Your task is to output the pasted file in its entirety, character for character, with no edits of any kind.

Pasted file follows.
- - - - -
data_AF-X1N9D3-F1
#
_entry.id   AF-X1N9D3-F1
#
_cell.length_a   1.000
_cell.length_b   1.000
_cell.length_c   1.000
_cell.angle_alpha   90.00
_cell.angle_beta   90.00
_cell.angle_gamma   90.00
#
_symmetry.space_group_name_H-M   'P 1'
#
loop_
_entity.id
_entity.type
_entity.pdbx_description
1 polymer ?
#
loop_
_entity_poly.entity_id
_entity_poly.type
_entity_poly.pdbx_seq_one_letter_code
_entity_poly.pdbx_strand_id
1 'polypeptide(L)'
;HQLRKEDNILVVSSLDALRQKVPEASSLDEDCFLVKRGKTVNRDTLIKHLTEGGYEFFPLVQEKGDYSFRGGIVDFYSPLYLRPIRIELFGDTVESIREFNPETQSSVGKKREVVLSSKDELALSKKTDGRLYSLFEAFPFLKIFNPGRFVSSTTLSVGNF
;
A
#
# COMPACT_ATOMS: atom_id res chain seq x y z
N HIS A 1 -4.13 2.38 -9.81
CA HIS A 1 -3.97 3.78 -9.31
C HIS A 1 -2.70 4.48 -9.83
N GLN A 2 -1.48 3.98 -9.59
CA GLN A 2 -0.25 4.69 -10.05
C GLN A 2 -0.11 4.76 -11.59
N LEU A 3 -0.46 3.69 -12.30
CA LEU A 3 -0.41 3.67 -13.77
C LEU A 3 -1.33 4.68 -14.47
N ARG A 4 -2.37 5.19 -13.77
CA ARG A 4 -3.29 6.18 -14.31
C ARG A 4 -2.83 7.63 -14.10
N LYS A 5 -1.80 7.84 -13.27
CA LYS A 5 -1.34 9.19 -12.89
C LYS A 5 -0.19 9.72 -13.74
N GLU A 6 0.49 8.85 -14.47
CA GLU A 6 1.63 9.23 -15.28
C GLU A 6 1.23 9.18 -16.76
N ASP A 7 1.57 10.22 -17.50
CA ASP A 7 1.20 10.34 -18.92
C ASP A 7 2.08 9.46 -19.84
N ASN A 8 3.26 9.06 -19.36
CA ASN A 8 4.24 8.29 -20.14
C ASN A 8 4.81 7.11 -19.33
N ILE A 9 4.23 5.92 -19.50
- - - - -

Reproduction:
data_AF-X1N9D3-F1
#
_entry.id   AF-X1N9D3-F1
#
_cell.length_a   1.000
_cell.length_b   1.000
_cell.length_c   1.000
_cell.angle_alpha   90.00
_cell.angle_beta   90.00
_cell.angle_gamma   90.00
#
_symmetry.space_group_name_H-M   'P 1'
#
loop_
_entity.id
_entity.type
_entity.pdbx_description
1 polymer ?
#
loop_
_entity_poly.entity_id
_entity_poly.type
_entity_poly.pdbx_seq_one_letter_code
_entity_poly.pdbx_strand_id
1 'polypeptide(L)'
;HQLRKEDNILVVSSLDALRQKVPEASSLDEDCFLVKRGKTVNRDTLIKHLTEGGYEFFPLVQEKGDYSFRGGIVDFYSPLYLRPIRIELFGDTVESIREFNPETQSSVGKKREVVLSSKDELALSKKTDGRLYSLFEAFPFLKIFNPGRFVSSTTLSVGNF
;
A
#
# COMPACT_ATOMS: atom_id res chain seq x y z
N HIS A 1 -4.13 2.38 -9.81
CA HIS A 1 -3.97 3.78 -9.31
C HIS A 1 -2.70 4.48 -9.83
N GLN A 2 -1.48 3.98 -9.59
CA GLN A 2 -0.25 4.69 -10.05
C GLN A 2 -0.11 4.76 -11.59
N LEU A 3 -0.46 3.69 -12.30
CA LEU A 3 -0.41 3.67 -13.77
C LEU A 3 -1.33 4.68 -14.47
N ARG A 4 -2.37 5.19 -13.77
CA ARG A 4 -3.29 6.18 -14.31
C ARG A 4 -2.83 7.63 -14.10
N LYS A 5 -1.80 7.84 -13.27
CA LYS A 5 -1.34 9.19 -12.89
C LYS A 5 -0.19 9.72 -13.74
N GLU A 6 0.49 8.85 -14.47
CA GLU A 6 1.63 9.23 -15.28
C GLU A 6 1.23 9.18 -16.76
N ASP A 7 1.57 10.22 -17.50
CA ASP A 7 1.20 10.34 -18.92
C ASP A 7 2.08 9.46 -19.84
N ASN A 8 3.26 9.06 -19.36
CA ASN A 8 4.24 8.29 -20.14
C ASN A 8 4.81 7.11 -19.33
N ILE A 9 4.23 5.92 -19.50